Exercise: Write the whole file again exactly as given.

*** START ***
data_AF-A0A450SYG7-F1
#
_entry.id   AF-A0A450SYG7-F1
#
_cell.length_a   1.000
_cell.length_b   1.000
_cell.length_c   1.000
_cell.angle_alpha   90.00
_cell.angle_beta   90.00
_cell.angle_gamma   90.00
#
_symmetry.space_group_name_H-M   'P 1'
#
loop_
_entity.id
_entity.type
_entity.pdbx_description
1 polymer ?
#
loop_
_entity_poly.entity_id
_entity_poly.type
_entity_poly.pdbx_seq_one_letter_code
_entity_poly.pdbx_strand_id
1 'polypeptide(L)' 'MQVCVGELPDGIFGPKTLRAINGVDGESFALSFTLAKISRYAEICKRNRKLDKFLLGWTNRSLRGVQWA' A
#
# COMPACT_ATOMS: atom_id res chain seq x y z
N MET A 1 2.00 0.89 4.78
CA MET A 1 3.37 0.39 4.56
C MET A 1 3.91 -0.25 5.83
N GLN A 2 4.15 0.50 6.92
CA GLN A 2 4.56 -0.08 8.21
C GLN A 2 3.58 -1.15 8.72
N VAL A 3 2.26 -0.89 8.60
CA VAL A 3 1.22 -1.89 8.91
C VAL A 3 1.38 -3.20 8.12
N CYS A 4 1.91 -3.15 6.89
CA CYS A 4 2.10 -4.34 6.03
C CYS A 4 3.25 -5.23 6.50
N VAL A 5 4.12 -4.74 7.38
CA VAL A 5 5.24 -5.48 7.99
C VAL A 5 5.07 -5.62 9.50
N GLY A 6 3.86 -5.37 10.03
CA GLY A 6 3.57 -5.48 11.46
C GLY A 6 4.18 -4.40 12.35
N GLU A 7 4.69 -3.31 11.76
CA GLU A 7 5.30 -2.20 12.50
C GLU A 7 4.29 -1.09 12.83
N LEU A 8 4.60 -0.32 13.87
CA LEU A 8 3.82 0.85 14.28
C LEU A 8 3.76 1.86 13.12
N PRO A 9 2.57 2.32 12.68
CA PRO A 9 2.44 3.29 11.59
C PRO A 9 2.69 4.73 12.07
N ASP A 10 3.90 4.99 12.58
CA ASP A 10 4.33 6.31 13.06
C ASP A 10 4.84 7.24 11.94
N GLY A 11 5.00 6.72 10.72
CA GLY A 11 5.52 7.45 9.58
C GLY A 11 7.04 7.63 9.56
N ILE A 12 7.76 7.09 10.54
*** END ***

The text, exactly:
data_AF-A0A450SYG7-F1
#
_entry.id   AF-A0A450SYG7-F1
#
_cell.length_a   1.000
_cell.length_b   1.000
_cell.length_c   1.000
_cell.angle_alpha   90.00
_cell.angle_beta   90.00
_cell.angle_gamma   90.00
#
_symmetry.space_group_name_H-M   'P 1'
#
loop_
_entity.id
_entity.type
_entity.pdbx_description
1 polymer ?
#
loop_
_entity_poly.entity_id
_entity_poly.type
_entity_poly.pdbx_seq_one_letter_code
_entity_poly.pdbx_strand_id
1 'polypeptide(L)' 'MQVCVGELPDGIFGPKTLRAINGVDGESFALSFTLAKISRYAEICKRNRKLDKFLLGWTNRSLRGVQWA' A
#
# COMPACT_ATOMS: atom_id res chain seq x y z
N MET A 1 2.00 0.89 4.78
CA MET A 1 3.37 0.39 4.56
C MET A 1 3.91 -0.25 5.83
N GLN A 2 4.15 0.50 6.92
CA GLN A 2 4.56 -0.08 8.21
C GLN A 2 3.58 -1.15 8.72
N VAL A 3 2.26 -0.89 8.60
CA VAL A 3 1.22 -1.89 8.91
C VAL A 3 1.38 -3.20 8.12
N CYS A 4 1.91 -3.15 6.89
CA CYS A 4 2.10 -4.34 6.03
C CYS A 4 3.25 -5.23 6.50
N VAL A 5 4.12 -4.74 7.38
CA VAL A 5 5.24 -5.48 7.99
C VAL A 5 5.07 -5.62 9.50
N GLY A 6 3.86 -5.37 10.03
CA GLY A 6 3.57 -5.48 11.46
C GLY A 6 4.18 -4.40 12.35
N GLU A 7 4.69 -3.31 11.76
CA GLU A 7 5.30 -2.20 12.50
C GLU A 7 4.29 -1.09 12.83
N LEU A 8 4.60 -0.32 13.87
CA LEU A 8 3.82 0.85 14.28
C LEU A 8 3.76 1.86 13.12
N PRO A 9 2.57 2.32 12.68
CA PRO A 9 2.44 3.29 11.59
C PRO A 9 2.69 4.73 12.07
N ASP A 10 3.90 4.99 12.58
CA ASP A 10 4.33 6.31 13.06
C ASP A 10 4.84 7.24 11.94
N GLY A 11 5.00 6.72 10.72
CA GLY A 11 5.52 7.45 9.58
C GLY A 11 7.04 7.63 9.56
N ILE A 12 7.76 7.09 10.54